Barbershop Books works to turn local barbershops in reading retreats for children. While children wait, they can check out a great book from the bookcase and, when they are done, they can talk to the barbers about the book—having a true community reading experience. With a staple of beloved Scholastic books, Barbershop Books helps children to become “Well groomed. Well read.” Learn more here:

Books breathe life into communities and we need to be creative in how we support increasing access. For myself as a child, books were alongside the necessities of life at the grocery store. Where are they in your community?

Five Super Reader Commitments to Make the School Year Unforgettable

Earlier this month, Larry Ferlazzo of Education Week's Classroom Q&A asked: what are the best ways to start a new school year? 

Education experts weighed in, including Pam Allyn, Executive Director and Founder of Litworld, and author of Every Child a Super Reader: 7 Strengths to Open a World of Possible. Below is her take on five ways to not only start the school year right, but to make the entire year unforgettable. 

The time is now to make a commitment to turn every child into a "super reader," to give them a sure way to become truly ready for the 21st century world and to experience the joy, pleasure and exaltation of an empowered reading life.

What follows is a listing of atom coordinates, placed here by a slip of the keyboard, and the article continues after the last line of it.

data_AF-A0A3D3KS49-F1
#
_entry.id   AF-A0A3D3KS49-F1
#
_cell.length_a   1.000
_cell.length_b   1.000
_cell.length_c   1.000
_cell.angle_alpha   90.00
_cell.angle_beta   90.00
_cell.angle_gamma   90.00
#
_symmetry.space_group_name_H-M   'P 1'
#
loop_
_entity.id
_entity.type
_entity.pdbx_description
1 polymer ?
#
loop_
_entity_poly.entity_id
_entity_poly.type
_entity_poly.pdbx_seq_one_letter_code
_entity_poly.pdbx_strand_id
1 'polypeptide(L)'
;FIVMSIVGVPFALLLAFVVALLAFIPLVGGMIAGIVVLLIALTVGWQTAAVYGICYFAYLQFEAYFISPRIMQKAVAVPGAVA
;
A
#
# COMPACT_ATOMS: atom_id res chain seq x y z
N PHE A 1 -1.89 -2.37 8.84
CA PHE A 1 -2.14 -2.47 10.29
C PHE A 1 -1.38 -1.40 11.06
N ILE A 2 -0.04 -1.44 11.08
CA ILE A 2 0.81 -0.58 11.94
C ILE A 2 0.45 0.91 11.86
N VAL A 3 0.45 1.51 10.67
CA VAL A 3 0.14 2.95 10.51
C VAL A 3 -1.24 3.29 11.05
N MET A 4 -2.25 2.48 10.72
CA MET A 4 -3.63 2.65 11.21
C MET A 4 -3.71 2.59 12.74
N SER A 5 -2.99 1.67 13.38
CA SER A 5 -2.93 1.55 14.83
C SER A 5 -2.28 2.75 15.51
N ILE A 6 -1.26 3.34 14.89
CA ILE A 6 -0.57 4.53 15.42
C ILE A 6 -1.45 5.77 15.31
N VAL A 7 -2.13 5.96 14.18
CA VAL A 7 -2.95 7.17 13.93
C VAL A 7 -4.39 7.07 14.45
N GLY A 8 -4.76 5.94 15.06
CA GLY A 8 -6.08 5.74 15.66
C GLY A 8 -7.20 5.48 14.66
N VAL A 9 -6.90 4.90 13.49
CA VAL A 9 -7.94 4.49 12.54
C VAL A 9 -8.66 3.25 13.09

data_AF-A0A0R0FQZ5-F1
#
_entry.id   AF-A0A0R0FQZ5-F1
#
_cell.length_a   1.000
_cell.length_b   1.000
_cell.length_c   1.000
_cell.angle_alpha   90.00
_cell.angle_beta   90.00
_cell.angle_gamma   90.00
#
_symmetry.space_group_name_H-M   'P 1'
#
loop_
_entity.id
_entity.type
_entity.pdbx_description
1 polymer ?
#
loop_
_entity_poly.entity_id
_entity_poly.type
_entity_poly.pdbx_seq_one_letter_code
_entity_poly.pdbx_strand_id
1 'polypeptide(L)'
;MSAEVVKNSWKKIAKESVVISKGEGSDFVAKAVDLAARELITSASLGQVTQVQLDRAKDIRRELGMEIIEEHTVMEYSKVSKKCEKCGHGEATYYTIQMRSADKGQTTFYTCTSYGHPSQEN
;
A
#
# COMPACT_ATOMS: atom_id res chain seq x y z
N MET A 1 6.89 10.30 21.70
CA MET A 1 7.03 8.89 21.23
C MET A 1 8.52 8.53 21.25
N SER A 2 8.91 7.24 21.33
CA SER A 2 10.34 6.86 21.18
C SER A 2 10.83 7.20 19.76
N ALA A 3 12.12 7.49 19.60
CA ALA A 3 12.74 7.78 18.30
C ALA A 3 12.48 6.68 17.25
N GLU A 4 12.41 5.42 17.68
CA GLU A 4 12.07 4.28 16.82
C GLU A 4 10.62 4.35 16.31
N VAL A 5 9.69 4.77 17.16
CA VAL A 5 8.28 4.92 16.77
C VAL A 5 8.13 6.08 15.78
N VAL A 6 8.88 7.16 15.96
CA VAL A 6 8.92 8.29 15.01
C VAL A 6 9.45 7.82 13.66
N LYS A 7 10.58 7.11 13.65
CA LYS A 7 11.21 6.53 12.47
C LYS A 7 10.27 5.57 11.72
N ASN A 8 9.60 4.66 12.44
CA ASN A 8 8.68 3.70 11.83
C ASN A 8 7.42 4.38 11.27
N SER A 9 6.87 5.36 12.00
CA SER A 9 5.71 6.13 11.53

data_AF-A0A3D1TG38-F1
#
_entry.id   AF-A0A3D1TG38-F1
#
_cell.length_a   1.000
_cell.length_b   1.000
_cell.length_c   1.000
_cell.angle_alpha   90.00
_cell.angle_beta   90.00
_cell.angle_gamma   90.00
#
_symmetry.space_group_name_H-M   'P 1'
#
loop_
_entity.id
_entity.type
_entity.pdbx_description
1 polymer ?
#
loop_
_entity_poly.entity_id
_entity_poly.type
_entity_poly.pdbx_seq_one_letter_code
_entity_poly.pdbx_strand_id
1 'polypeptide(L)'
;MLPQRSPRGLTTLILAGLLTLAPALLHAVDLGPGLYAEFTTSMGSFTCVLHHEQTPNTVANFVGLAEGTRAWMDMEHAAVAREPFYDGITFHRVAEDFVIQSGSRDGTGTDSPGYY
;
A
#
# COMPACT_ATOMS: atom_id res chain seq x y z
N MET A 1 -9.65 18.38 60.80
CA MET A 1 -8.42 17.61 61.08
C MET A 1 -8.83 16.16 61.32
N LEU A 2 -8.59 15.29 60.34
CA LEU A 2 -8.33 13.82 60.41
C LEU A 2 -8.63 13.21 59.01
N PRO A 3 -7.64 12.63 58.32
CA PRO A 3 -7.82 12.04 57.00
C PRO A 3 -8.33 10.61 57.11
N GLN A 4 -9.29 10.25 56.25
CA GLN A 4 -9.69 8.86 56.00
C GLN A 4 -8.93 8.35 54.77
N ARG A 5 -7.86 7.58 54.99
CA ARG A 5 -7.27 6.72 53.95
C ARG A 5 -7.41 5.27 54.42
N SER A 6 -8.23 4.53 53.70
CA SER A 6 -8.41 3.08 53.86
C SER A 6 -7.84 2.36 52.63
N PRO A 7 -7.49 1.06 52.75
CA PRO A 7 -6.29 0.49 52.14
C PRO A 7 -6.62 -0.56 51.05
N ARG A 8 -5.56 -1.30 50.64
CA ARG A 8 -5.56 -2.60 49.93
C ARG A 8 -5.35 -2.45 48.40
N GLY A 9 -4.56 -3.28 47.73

We can do this, first, by depathologizing the reading experience. We have "medicalized" reading instruction so that we are in a constant state of diagnosing children: leveling them, intervening with them, "pushing in" or "pulling out." The language we use to describe how we teach reading can be negative for children, and our methods for instruction can feel more like treating a disease than raising readers. At LitWord, I work with children across the United States and the world, and see children yearning for a positive reading experience, longing to join the literacy "club," and striving to become better at something they know will change their lives. The negative language of low expectations and intervention is inhibitive. It has prevented them from seeing themselves as super readers, from becoming aspirational in their reading goals, and from being bold and fearless in taking risks as readers. It has denied them a place at the reading table.